What if you like the status quo and equipping all the stores with EMV capable devices isn't a good option? It'll cost you, starting in late 2015, with a liability shift and likely higher transaction costs -- which is always how the card brands incent the behavior they want. They make it a lot more expensive to not do what they say. Amazing how that works.

Of course, as Branden points out, MasterCard and AmEx have not yet made similar pronouncements, so you can't fire your PCI Assessor yet. But it's just a matter of time. You know it and I know it. And we security folks will have to find another compliance muse to fund our projects. Or maybe just start wielding the APT FUD hammer a lot more aggressively. Maybe bring Richard Clarke in for a board meeting or something. He's like the Thor of FUD nowadays.

Mike Rothman is President of Securosis and author of the Pragmatic CSO. Mike's bold perspectives and irreverent style are invaluable as companies determine effective strategies to grapple with the dynamic security threatscape. Mike specializes in the sexy aspects of security, like protecting networks and endpoints, security management, and ... View Full Bio

 

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beauwoods
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beauwoods,
User Rank: Apprentice
5/4/2012 | 8:19:15 AM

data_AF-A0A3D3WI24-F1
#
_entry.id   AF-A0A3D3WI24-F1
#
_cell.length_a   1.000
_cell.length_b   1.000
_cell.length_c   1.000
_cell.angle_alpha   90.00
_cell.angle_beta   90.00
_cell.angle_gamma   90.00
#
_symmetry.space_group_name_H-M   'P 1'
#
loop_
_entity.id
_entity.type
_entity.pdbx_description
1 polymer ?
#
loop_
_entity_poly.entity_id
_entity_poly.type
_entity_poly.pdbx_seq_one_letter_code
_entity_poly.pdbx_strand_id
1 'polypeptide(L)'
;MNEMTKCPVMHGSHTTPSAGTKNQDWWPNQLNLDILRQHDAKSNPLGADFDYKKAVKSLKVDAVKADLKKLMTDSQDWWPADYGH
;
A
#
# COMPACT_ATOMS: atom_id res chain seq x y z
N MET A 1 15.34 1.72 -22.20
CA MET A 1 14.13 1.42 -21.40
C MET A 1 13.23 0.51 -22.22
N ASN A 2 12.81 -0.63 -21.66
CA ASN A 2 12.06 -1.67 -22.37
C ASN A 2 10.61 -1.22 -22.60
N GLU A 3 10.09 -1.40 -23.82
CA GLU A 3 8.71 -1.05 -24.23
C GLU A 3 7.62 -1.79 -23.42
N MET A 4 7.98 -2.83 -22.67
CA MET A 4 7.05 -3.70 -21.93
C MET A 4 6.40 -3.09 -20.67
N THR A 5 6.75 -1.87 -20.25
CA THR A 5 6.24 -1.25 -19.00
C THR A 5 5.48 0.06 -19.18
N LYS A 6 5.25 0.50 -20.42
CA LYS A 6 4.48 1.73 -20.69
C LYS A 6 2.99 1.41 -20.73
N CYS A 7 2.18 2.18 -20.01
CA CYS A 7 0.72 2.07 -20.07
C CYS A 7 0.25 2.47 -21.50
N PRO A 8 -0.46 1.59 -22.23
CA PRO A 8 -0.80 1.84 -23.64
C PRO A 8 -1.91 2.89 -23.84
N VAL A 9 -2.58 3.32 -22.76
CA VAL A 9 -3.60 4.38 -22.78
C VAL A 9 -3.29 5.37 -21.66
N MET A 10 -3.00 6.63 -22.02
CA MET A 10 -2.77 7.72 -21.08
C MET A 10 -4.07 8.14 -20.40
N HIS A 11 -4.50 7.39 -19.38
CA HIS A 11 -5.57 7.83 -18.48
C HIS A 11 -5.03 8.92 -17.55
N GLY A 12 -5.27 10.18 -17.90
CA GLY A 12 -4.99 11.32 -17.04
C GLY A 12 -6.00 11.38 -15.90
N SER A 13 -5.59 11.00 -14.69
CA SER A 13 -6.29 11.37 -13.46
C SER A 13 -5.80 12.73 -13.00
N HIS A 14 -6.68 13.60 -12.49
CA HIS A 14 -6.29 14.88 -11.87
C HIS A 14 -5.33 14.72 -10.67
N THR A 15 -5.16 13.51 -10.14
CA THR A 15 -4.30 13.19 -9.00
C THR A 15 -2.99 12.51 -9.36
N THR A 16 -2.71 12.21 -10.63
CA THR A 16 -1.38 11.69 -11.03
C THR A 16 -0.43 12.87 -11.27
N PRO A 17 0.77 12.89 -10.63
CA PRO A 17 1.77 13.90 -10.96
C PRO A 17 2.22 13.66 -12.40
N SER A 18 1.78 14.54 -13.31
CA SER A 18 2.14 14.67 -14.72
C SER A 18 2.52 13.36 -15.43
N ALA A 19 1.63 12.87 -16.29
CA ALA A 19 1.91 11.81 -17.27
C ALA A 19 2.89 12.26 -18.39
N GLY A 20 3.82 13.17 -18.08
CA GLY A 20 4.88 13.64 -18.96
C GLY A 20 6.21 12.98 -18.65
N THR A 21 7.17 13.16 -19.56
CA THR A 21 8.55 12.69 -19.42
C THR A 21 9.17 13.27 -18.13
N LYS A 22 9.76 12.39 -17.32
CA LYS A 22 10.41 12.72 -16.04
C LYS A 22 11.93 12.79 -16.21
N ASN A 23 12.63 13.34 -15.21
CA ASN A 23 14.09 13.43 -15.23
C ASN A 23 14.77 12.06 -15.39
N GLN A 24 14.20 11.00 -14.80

re: PCI: Dead Man(date) Walking?
PCI-DSS isn't quite dead yet. Don't forget that one important reason the DSS probably exists is to keep government regulation away. And in that, it's done a great job so far. And PCI in all its various standards probably isn't going anywhere, even after/if all the cardbrands adopt EMV. They'll still need the PA-DSS standard and the PIN transaction standard. Especially as more and more business is done through mobile devices - what Bob Russo called "the most insecure device in the world" (http://www.americanbanker.com/....

But the DSS and the QSA program obviously have their flaws. Like the lack of quality control on assessments, beyond just making sure the documentation is in the right format. There's no accountability for QSAs who have provided ROCs for companies that turn out later to be non-compliant. To my knowledge, the PCI Council has not come out and said that just because someone is breached means they were non-compliant. I think it's only after investigation of the root cause that they determine this. But I agree, that the standards leave room for compliant organizations to get breached.

And in general, PCI auditing suffers from some of the same issues as other audits. Other audit standards (particularly the financial services industry and regulated securities) have a longer history than Infosec of audits. As I point out, we could learn something from Enron. http://beauwoods.blogspot.com/...
dmoore75001
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dmoore75001,
User Rank: Apprentice
4/26/2012 | 8:17:32 PM
re: PCI: Dead Man(date) Walking?
This solution is helps when the card holder is present at a terminal the leverages the chip capability. What happens when you are calling in a transaction via phone? Where is the chip when you have a recurring transaction against the card? For services that pay online? Technology (EMV) is only part of the solution. The people involved and the processes that participate in transactions are also points of threat or attack.-
KCrew
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KCrew,
User Rank: Apprentice
4/26/2012 | 12:34:42 PM
re: PCI: Dead Man(date) Walking?